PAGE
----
The story goes back and forth between two sets of people. We first meet Eddie Malthe and his mother Mass. Eddie is 21, an overweight young man with developmental delays who is unable to hold even a menial job. His mother takes care of him with total devotion and patience, but since they're alone in the world she worries what will happen to him when she dies.
Mass has told her son that his father left them when Eddie was a young boy. Eddie doesn't really remember the man, whom his mother has told him died years earlier after starting another family in Copenhagen, but he has a photo of him hanging in his bedroom that he looks at every night. His obsession is to get enough information from his mother to allow him to find his father's grave so that he may lay flowers on it, and he never tires of asking her to do this.
Bonnie Hayden and Simon, her young son, also live by themselves. She works as a home health aide for a charity that services the elderly and disabled, always being given the most difficult cases because of her gentle and caring behavior. Her life isn't an easy one, but the love and strong bond between mother and child make things a bit easier.
As Sejer questions Bonnie's best friend, the clients she visits on a weekly basis, the farmer on whose land the trailer was located, and her parents, he can find no one with any animosity toward her, no reason for the deaths of this mother and her child.
But someone must be hiding something.
Hell Fire is a moving, tragic story of lives on parallel tracks that must inevitably collide. It's a must-read for its look into the hearts and minds of people who do things with the best of intentions, only to see them lead to death and destruction.
By strange coincidence our other regular reviewer, Helen Kitzman of Madison, Connecticut, and New Orleans, chose this month to submit a review of early Fossum books. We include both to do justice to Fossum.
Recently skimming through different Scandinavian authors, I stopped with Karin Fossum. Her stories remind me of William Faulkner and Carson McCullers, both of whom depicted the tragedies of rural families in the Gothic South. Following in the same tradition, Fossum captures painful life experiences in rural Norway. Broken, misbegotten victims are caught up in crime with no means of escape.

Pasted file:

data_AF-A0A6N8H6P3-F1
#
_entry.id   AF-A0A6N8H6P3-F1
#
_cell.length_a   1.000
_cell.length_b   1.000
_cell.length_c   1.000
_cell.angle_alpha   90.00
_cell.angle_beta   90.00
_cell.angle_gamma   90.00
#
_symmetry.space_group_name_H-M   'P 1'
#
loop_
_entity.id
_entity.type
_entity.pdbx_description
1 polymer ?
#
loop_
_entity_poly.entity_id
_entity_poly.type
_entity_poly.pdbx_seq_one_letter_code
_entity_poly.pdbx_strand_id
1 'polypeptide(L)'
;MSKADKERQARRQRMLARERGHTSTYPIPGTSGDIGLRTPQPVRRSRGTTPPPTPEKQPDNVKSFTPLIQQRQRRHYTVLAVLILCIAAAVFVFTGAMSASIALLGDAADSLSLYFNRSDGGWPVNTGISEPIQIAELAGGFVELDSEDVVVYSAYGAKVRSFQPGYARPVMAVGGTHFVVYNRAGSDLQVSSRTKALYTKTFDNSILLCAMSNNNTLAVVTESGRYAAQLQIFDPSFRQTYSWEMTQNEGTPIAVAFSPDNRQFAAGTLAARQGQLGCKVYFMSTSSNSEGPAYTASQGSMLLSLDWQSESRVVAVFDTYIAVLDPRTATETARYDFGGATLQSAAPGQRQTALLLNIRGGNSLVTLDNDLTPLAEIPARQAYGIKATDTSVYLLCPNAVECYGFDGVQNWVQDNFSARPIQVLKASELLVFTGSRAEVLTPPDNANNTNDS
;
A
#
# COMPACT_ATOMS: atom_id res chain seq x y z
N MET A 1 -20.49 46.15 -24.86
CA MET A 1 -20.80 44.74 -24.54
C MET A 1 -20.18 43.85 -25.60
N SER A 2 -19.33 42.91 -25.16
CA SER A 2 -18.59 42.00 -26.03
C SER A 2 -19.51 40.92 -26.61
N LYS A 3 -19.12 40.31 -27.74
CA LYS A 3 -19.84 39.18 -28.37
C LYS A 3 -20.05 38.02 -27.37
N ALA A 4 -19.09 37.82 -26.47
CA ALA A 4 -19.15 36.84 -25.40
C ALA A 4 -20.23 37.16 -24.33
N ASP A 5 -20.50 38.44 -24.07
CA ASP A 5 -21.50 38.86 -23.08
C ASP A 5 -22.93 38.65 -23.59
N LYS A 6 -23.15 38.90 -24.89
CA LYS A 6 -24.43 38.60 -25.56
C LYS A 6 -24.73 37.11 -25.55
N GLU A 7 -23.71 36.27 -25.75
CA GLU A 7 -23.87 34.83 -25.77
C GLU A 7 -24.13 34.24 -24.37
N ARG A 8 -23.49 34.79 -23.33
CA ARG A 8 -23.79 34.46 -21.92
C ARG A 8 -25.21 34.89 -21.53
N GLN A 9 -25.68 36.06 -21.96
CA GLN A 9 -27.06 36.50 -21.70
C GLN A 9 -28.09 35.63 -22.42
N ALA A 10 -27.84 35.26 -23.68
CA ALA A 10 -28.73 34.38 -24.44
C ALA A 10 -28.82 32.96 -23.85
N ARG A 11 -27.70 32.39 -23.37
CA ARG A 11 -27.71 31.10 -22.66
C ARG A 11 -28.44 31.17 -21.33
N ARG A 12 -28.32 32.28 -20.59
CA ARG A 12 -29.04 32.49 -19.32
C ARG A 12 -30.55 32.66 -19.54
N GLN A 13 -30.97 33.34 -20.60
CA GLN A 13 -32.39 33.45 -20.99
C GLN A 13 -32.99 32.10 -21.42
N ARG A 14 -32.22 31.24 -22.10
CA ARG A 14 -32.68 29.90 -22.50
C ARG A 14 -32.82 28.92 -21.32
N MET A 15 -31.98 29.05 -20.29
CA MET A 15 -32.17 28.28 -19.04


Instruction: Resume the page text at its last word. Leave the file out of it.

Inspector Sejer echoes Georges Simenon's Maigret in his calm, measured treatment of witnesses and victim, unraveling the twisted storylines of a schizophrenic, a grossly overweight and overwrought delinquent boy, and a delusional bank robber (He Who Fears the Wolf) to restore order if not peace.
In Black Seconds, a hopelessly passive mother, an angry pet store owner with a parrot, and a silent, detached man-boy are involved in the disappearance of a 10-year-old girl. Bicycles, three-wheelers, and cars add to the confusion as Sejer uncovers the tragedy behind this murderous act in the village. I'm adding Fossum to my list of
"must-reads." You should, too.
Helen also re-visted a favorite American writer, John Hart, this month
I just finished the latest mystery by John Hart, Redemption Road, his first in five years. Hart is unique among all mystery writers, for he alone has won the Edgar Award two years in a row. All his previous novels have also been finalists for other mystery writing awards.
His setting is rural North Carolina, and he certainly can set a scene clearly and succinctly. In this book, he joins together a lonely child, a traumatized teenage girl, a sorely diminished ex-felon cop, and a troubled cop who replaces her stern minister father and weak mother with a new fiercely protected family of misfits. In bringing assorted prison guards, cops, wives and lovers into a complex story, he urges us to ponder what actually constitutes a loving family.
Hart and another American writer, Laura Lippman, come from the same mold. They both develop intricate plots with twists, portray families caught in perils of the past and chaos of the present, capture the small-minded deadliness of friends and relations in Southeastern small towns, and fill their books with suspenseful gloomy atmosphere. These authors have little faith in law enforcement figures who assume misguided authority, but rather choose to focus on the strength and courage of the single-minded few individuals who manage to restore order but not without significant sacrifice of themselves and their loved ones.
I bet this latest book will win Hart yet another award. Pick up one, and I suspect that you will search out the rest. You only have four more to read if you start now, and I promise you will enjoy every one.